The No. 1 skill companies are hiring for is also the hardest to find, according to new research

 Checking off all the requirements in a job description isn’t enough to land a new role right now — your potential new boss wants to see that you’re disciplined, reliable and care about your work. 

“A strong work ethic” is the top skill companies are looking for in new hires, but is one of the hardest to find, according to new research from ADP

As part of its research, ADP surveyed more than 1,500 business owners, senior leaders and hiring managers about their hiring plans and priorities in 2024.

ADP asked small, mid-size and large businesses what skills they’re prioritizing the most among new hires. Even as conversations about the importance of technical upskilling reach a fever pitch, soft skills emerged as the clear winner.

“A strong work ethic” is a nebulous term. But people who embody it are typically punctual, organized, efficient with their time and, most importantly, willing to go the extra mile to get the job done well, per ADP’s research. 

Other soft skills employers want include problem-solving, time management and communication. 

The managers ADP surveyed said these in-demand skills are some of the hardest to source in candidates, noting that a strong work ethic and time management are particularly scarce.

If a new hire possesses these skills, “their potential and opportunities are limitless,” Tina Wang, division vice president of HR at ADP, tells CNBC Make It. “You can teach specific technical skills needed for a job, but if a new hire comes in on day one with some of these behavioral skills, teaching those technical skills becomes much easier, effective and more fruitful.”

Companies see upskilling as an antidote to the ‘great resignation’

Upskilling and reskilling, or teaching employees new skills to transition into a different job or expand their current responsibilities, have become “huge priorities” for businesses in the past year, Wang notes. 

Businesses started prioritizing skills training in the wake of the “great resignation” when millions of people quit their jobs, leaving employers scrambling for talent, she explains.

Other hiring experts agree. “Coming out of the hiring surge companies experienced after 2020 and being fearful of losing workers in the ‘great resignation’ of 2021, hiring mistakes were made,” says Bert Bean, CEO of the staffing firm Insight Global. “Focusing on good old-fashioned hard work as a starting point is the best place to start resetting an employee base.” 

Building a deeper, stronger talent bench becomes “so much more scalable and frictionless” when you have employees who are effective problem-solvers and have a strong work ethic, which is why these soft skills are so in-demand, Wang adds. 

Some 85% of adults worldwide believe upskilling and reskilling will become the new standard for people throughout their careers, according to a new survey of more than 17,000 respondents across 17 countries conducted by The Harris Poll on behalf of Educational Testing Service (ETS), a private testing and talent solutions organization.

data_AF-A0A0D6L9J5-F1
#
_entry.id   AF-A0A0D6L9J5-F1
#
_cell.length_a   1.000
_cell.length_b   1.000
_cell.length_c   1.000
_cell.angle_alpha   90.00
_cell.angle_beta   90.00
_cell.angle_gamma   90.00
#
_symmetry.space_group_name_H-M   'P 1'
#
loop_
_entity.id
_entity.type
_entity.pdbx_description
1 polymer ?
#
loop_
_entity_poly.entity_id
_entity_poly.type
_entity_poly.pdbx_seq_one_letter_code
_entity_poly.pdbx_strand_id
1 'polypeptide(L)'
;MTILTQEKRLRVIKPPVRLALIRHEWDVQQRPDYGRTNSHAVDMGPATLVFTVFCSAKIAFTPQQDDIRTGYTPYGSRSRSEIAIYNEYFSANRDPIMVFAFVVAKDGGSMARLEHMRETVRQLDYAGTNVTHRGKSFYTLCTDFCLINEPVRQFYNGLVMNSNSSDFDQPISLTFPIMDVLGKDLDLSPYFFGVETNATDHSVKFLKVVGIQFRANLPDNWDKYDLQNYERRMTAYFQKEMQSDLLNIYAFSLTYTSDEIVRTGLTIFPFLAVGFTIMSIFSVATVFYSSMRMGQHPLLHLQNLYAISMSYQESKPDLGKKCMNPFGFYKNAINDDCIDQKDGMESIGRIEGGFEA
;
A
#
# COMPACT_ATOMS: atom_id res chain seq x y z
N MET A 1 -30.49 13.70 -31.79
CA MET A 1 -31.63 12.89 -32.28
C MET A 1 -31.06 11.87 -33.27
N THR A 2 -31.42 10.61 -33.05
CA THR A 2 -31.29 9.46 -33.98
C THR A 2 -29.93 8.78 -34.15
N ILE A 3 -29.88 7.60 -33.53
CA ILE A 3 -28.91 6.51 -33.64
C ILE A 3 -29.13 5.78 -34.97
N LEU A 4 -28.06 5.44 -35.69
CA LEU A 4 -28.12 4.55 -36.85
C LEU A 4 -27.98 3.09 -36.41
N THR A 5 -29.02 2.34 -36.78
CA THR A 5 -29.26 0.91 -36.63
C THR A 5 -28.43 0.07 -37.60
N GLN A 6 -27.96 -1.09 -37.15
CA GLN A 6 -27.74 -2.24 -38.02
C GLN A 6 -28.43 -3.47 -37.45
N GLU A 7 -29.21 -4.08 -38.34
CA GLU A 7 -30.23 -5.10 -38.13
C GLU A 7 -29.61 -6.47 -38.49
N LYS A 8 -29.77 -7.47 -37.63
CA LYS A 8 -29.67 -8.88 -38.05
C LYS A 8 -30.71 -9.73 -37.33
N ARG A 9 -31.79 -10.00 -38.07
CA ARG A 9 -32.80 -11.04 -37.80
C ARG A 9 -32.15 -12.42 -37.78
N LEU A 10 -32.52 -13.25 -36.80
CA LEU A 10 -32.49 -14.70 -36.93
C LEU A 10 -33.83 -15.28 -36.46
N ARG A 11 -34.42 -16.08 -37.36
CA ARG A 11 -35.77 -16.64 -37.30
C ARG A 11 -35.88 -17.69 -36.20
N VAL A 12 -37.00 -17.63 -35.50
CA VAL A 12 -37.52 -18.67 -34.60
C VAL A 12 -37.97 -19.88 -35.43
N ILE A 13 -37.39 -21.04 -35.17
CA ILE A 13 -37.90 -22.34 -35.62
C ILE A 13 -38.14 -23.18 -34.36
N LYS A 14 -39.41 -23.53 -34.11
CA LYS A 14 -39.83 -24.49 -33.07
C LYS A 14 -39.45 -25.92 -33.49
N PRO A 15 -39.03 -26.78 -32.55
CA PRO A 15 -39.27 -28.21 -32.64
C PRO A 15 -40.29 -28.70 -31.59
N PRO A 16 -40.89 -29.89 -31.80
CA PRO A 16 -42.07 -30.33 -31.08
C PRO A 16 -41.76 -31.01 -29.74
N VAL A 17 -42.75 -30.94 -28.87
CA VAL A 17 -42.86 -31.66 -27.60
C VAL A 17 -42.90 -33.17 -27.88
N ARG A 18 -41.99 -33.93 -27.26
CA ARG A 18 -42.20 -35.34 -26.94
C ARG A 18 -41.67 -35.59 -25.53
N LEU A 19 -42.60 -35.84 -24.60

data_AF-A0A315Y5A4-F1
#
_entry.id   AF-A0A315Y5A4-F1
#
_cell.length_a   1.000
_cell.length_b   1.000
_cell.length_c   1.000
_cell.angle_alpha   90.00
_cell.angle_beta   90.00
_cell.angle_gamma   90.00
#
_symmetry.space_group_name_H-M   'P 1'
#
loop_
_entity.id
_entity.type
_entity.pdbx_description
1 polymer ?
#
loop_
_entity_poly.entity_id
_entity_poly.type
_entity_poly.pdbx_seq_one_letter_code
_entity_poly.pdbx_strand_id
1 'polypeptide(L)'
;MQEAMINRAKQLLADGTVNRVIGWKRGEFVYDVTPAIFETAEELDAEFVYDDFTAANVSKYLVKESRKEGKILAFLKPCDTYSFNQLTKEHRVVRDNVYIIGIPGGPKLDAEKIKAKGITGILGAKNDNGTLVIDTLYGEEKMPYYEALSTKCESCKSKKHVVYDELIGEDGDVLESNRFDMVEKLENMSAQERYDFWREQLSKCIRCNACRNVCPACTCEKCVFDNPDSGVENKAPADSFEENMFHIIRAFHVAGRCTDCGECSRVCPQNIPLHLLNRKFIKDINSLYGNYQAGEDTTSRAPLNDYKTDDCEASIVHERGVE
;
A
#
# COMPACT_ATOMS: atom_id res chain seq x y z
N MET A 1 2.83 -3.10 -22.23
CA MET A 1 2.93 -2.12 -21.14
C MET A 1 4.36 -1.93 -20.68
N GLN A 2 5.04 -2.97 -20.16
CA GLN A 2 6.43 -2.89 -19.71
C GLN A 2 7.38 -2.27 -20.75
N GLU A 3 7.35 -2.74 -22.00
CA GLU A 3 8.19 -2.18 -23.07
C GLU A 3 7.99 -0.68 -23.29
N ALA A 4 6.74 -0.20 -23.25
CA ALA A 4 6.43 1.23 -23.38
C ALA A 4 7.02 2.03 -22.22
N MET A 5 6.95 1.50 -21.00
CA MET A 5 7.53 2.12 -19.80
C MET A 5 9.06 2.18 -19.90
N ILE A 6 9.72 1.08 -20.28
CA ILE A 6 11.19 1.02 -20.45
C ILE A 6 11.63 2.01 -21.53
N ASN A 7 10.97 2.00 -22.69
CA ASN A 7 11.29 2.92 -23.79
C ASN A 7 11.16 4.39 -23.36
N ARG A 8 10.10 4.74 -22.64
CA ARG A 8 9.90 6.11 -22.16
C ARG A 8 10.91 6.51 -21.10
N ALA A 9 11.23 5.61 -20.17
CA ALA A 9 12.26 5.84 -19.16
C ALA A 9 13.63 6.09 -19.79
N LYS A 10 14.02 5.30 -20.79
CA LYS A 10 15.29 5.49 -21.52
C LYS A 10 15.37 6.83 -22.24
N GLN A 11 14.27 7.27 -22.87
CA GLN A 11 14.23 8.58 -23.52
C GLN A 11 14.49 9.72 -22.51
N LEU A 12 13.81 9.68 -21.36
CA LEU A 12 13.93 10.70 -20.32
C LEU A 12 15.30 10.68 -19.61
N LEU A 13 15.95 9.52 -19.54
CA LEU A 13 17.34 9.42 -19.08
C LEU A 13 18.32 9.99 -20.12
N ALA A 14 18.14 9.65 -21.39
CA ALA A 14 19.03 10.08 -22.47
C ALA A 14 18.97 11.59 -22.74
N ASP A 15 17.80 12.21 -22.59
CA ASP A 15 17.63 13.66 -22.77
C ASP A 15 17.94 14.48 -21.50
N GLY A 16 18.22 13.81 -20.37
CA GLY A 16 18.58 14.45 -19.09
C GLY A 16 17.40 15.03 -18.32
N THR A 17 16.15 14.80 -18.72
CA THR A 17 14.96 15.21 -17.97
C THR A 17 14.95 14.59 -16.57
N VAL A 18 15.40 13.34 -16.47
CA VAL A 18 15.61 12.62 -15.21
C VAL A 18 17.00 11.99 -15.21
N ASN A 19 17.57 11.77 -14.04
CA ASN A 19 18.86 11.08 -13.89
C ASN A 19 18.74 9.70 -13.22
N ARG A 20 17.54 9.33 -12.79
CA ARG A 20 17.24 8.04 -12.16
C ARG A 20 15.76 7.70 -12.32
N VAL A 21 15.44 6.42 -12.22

As artificial intelligence integrates more into the workforce, soft skills, or people skills, are invaluable assets to professionals, the report notes. Other research shares the same sentiment: In February, LinkedIn declared communication as the most in-demand skill (hard and soft included) for 2024. 

How to use your soft skills to stand out in a job interview 

Highlighting your soft skills can give you a competitive edge in an interview.

“Communication and interpersonal skills can become readily apparent in the first 5-10 minutes of an interview,” says Wang. “Be yourself, have confidence in your life experiences, and those intangibles will become obvious for employers to connect the work they need to get done to what you bring to the table.”

To demonstrate a strong work ethic, Bean recommends finding time in the conversation to talk about the hardest job you’ve ever had, perhaps when the interviewer asks you what your strengths are or how you’ve handled a challenge at work.

“Paint the picture of what you had to do every day, and describe how after [the situation or job] was over, you knew you had a strong ethic,” says Bean. “Everyone has a grit story to tell. Find yours, practice it and tell it with a passion.” 

Bean underscores the importance of explaining your contributions in your last role and how they helped advance the company’s top or bottom line. Such examples can help illustrate your work ethic and help the hiring manager see that “they aren’t just hiring another individual contributor, but someone who understands the business and what drives value.” 

Even if you don’t have a lot of direct work experience to cite, Wang says you can reference real-world experiences where you’ve demonstrated a strong work ethic or problem-solving, whether it was a challenging group project at school or a busy shift at an after-school job.

“Ultimately, an interview is about ‘convincing,’” says Bean. “You will always have a good chance of convincing someone to make a decision — in this case, to hire you — if you can clearly articulate the value you bring to the business, are proud of your accomplishments, and show your alignment with the employer’s values.”

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